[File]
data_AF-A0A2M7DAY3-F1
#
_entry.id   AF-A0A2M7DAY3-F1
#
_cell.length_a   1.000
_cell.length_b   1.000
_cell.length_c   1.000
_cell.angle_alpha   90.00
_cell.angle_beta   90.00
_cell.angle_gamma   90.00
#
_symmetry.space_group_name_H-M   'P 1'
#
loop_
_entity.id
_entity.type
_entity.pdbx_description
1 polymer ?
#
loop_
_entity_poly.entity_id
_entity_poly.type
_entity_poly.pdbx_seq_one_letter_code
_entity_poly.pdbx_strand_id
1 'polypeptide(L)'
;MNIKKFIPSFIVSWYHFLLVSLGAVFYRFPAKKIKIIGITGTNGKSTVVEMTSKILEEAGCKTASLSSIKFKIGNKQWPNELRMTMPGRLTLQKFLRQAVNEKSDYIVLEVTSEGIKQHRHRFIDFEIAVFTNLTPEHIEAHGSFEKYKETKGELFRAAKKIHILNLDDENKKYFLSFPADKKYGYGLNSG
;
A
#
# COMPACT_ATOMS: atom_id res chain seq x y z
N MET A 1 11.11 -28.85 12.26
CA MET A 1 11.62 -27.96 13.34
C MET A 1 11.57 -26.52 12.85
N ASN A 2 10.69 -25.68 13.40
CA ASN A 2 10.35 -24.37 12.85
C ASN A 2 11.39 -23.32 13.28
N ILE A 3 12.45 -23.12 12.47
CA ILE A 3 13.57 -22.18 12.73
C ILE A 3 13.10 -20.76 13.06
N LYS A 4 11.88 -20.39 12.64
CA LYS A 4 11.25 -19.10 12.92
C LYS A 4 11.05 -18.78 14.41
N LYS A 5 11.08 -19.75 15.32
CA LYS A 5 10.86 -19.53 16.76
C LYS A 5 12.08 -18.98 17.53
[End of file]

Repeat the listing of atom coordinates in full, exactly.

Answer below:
data_AF-A0A2M7DAY3-F1
#
_entry.id   AF-A0A2M7DAY3-F1
#
_cell.length_a   1.000
_cell.length_b   1.000
_cell.length_c   1.000
_cell.angle_alpha   90.00
_cell.angle_beta   90.00
_cell.angle_gamma   90.00
#
_symmetry.space_group_name_H-M   'P 1'
#
loop_
_entity.id
_entity.type
_entity.pdbx_description
1 polymer ?
#
loop_
_entity_poly.entity_id
_entity_poly.type
_entity_poly.pdbx_seq_one_letter_code
_entity_poly.pdbx_strand_id
1 'polypeptide(L)'
;MNIKKFIPSFIVSWYHFLLVSLGAVFYRFPAKKIKIIGITGTNGKSTVVEMTSKILEEAGCKTASLSSIKFKIGNKQWPNELRMTMPGRLTLQKFLRQAVNEKSDYIVLEVTSEGIKQHRHRFIDFEIAVFTNLTPEHIEAHGSFEKYKETKGELFRAAKKIHILNLDDENKKYFLSFPADKKYGYGLNSG
;
A
#
# COMPACT_ATOMS: atom_id res chain seq x y z
N MET A 1 11.11 -28.85 12.26
CA MET A 1 11.62 -27.96 13.34
C MET A 1 11.57 -26.52 12.85
N ASN A 2 10.69 -25.68 13.40
CA ASN A 2 10.35 -24.37 12.85
C ASN A 2 11.39 -23.32 13.28
N ILE A 3 12.45 -23.12 12.47
CA ILE A 3 13.57 -22.18 12.73
C ILE A 3 13.10 -20.76 13.06
N LYS A 4 11.88 -20.39 12.64
CA LYS A 4 11.25 -19.10 12.92
C LYS A 4 11.05 -18.78 14.41
N LYS A 5 11.08 -19.75 15.32
CA LYS A 5 10.86 -19.53 16.76
C LYS A 5 12.08 -18.98 17.53